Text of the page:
Each chapter is a manageable length. Generally, Groopman begins each chapter with stories from the medical field that illustrate the cognitive thought process of a doctor. The story then leads into explanations of the doctor's thought process, and concludes by telling patients how they can tap into this cognitive thought process.Ultimately, the greatest (and most practical) nuggets of information are towards the end of each chapter. For a patient who is desperate to find out how to communicate better with a doctor, I'd skip to the end of the chapter. While the entire chapter may be enlightening and entertaining, there are times when Groopman gets caught up in narrative prose and unnecessarily prolongs a valuable lesson. Groopman probably runs into this problem because he loves his profession and loves stories that illustrate his point, so I don't fault him for being a bit wordy. I just think some people may be reading this book to help with pressing issues about their health and they may want to cut to the chase. If I were the editor of this book, I would have provided a bulleted list at the end of each chapter summarizing his points. A bulleted list would take away from the story-telling, but it would be extremely helpful for the audience the book is primarily geared towards- patients with puzzling medical issues that want to problem solve more effectively with their doctor. Perhaps the most valuable chapter is the Epilogue which really delves into how a patient can ask questions effectively. Even that chapter digresses into medical stories, but the beginning of the epilogue is exceedingly helpful.

Here are some examples of his great advice. Depending on the situation, ask your doctor:

  • What's the worst thing this illness/condition could be?
  • What body parts are near where I am having my pain?
  • How often do complications occur from this surgery?

The overarching theme of the book was the play between a patient's desire to be healed, the doctor's desire to heal, and the limitations of a doctor and a patient. The doctor is only human and both doctors and patients need to accept this fact. No doctor, no matter how much practice and wisdom she has, can solve every problem. Patients need to accept this limitation but work with the doctor to achieve the best outcome, with full acceptance of the limitations presented.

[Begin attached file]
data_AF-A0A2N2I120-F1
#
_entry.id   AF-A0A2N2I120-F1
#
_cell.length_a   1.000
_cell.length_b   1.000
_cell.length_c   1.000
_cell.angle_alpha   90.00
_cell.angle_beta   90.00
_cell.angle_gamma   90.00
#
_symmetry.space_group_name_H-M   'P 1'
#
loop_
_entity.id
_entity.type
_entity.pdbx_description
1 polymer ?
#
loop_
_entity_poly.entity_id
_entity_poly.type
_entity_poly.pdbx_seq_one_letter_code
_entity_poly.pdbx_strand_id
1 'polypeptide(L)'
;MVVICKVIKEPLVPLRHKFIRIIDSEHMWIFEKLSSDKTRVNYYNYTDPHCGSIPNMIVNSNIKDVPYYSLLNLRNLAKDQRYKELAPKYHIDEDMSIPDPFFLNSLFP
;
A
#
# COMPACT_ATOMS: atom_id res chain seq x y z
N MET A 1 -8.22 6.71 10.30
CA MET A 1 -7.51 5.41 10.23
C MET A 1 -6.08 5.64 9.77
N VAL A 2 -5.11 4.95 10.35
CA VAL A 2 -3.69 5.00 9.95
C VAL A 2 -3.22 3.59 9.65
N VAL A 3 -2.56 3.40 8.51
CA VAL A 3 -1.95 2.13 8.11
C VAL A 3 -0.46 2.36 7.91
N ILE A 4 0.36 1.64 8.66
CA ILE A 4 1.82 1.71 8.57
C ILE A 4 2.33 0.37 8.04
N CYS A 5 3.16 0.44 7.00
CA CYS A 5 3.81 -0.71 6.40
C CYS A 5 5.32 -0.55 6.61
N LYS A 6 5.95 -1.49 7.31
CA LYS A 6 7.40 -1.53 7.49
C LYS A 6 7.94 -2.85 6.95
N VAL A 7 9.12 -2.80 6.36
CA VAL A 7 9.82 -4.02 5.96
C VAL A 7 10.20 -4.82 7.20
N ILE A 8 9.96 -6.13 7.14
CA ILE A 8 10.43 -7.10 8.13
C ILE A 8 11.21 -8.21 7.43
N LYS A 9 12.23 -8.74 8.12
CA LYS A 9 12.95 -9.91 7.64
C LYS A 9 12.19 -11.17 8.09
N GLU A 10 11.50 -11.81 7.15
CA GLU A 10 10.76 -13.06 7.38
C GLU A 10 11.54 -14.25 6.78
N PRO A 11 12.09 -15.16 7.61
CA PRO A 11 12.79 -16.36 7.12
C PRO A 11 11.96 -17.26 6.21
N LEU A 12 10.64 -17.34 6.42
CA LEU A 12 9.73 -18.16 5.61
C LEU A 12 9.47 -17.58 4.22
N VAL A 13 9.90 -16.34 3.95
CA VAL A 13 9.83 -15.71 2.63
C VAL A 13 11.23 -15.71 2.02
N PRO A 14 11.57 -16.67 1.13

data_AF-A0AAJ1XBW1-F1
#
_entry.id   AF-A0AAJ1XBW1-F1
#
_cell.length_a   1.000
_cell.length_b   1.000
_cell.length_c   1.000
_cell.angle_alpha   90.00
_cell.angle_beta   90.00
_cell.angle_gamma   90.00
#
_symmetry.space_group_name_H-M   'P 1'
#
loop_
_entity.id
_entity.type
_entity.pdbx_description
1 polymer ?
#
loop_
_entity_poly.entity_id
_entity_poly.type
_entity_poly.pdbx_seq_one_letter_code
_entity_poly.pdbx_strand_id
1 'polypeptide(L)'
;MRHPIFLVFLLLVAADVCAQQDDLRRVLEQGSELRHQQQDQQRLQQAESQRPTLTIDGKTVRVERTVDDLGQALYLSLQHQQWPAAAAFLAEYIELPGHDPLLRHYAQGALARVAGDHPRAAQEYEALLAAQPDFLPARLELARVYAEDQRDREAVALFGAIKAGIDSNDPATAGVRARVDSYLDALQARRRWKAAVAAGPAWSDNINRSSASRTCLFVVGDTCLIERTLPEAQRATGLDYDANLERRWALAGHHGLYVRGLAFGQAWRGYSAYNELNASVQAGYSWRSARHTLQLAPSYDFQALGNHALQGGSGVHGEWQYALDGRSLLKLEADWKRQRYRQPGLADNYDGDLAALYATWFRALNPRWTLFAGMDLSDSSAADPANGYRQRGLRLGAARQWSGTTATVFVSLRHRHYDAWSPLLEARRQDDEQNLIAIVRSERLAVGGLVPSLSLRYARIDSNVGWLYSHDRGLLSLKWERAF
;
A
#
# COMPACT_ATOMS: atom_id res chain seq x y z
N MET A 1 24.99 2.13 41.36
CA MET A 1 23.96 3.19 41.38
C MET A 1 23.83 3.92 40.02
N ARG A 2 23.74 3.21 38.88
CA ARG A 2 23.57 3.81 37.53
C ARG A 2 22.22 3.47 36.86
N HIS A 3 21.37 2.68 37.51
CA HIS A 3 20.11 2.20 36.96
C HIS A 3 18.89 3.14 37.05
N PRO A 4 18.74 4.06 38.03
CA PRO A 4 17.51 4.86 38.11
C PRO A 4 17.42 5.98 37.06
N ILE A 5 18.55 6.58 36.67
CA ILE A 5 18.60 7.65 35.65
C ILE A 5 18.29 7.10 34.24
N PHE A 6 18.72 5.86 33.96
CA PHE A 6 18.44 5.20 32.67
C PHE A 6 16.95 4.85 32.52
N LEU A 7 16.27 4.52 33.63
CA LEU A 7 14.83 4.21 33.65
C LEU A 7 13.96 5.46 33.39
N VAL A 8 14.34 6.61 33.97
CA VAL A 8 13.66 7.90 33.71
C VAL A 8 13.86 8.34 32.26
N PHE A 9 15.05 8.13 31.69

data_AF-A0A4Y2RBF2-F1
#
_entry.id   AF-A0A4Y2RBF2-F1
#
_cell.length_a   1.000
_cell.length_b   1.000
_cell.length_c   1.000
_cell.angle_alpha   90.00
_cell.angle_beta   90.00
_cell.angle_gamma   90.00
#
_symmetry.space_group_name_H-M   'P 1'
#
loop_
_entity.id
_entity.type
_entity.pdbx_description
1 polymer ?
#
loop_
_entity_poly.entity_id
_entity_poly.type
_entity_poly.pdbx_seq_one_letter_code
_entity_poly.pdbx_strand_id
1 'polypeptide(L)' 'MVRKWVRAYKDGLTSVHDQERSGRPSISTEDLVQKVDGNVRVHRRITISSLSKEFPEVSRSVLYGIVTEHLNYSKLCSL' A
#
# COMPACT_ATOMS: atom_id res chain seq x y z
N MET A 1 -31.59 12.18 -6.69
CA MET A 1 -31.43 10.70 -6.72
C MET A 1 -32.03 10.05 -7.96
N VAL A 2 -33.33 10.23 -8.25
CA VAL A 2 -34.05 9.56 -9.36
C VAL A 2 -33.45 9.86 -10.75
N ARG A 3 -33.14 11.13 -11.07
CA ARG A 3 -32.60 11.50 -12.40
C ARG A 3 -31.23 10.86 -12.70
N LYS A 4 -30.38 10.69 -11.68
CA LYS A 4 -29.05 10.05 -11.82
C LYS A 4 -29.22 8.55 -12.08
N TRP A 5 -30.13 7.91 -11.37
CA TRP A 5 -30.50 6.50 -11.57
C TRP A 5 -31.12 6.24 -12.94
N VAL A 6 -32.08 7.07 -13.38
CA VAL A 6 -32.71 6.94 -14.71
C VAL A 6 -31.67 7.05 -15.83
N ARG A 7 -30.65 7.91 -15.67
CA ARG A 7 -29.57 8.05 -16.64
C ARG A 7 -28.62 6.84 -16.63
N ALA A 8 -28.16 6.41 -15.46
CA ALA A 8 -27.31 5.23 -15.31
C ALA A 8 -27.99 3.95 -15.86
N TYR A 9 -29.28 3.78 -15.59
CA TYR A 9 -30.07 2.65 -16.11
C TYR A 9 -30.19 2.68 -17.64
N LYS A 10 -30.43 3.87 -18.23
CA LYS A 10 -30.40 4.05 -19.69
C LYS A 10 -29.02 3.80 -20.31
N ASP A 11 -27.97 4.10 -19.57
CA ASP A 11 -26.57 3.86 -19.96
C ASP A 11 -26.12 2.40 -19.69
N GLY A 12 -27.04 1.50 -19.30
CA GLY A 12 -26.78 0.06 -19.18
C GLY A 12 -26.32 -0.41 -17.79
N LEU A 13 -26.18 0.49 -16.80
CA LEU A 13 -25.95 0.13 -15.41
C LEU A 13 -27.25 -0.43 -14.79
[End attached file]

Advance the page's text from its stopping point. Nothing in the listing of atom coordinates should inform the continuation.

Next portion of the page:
Who should read this book? I'd recommend this book to patients who have encountered frustrating sessions with their doctor and would like to approach future interactions in a more satisfactory way. I'd also recommend the book to skeptics, because they may have become skeptics because of failures to communicate effectively with their doctor. But most importantly, I'd recommend this book to doctors. Groopman certainly intended to make the book manageable for a layperson, but a large part of the book is dedicated to information that would best benefit a doctor. He discusses a myriad of psychological terms related to a doctor's thought process-- things such as commission bias, satisfaction of search, attribution error, distorted pattern recognition-- all of which I'm glad I learned about, but ultimately wouldn't help me if I'm sitting across from my doctor trying to solve a medical puzzle. The reason these terms won't help me is because I can't see inside my doctor's brain, so I can't see which cognitive process he's experiencing at that moment. Only a doctor can analyze his thought process and see where he may have made an error in judgment.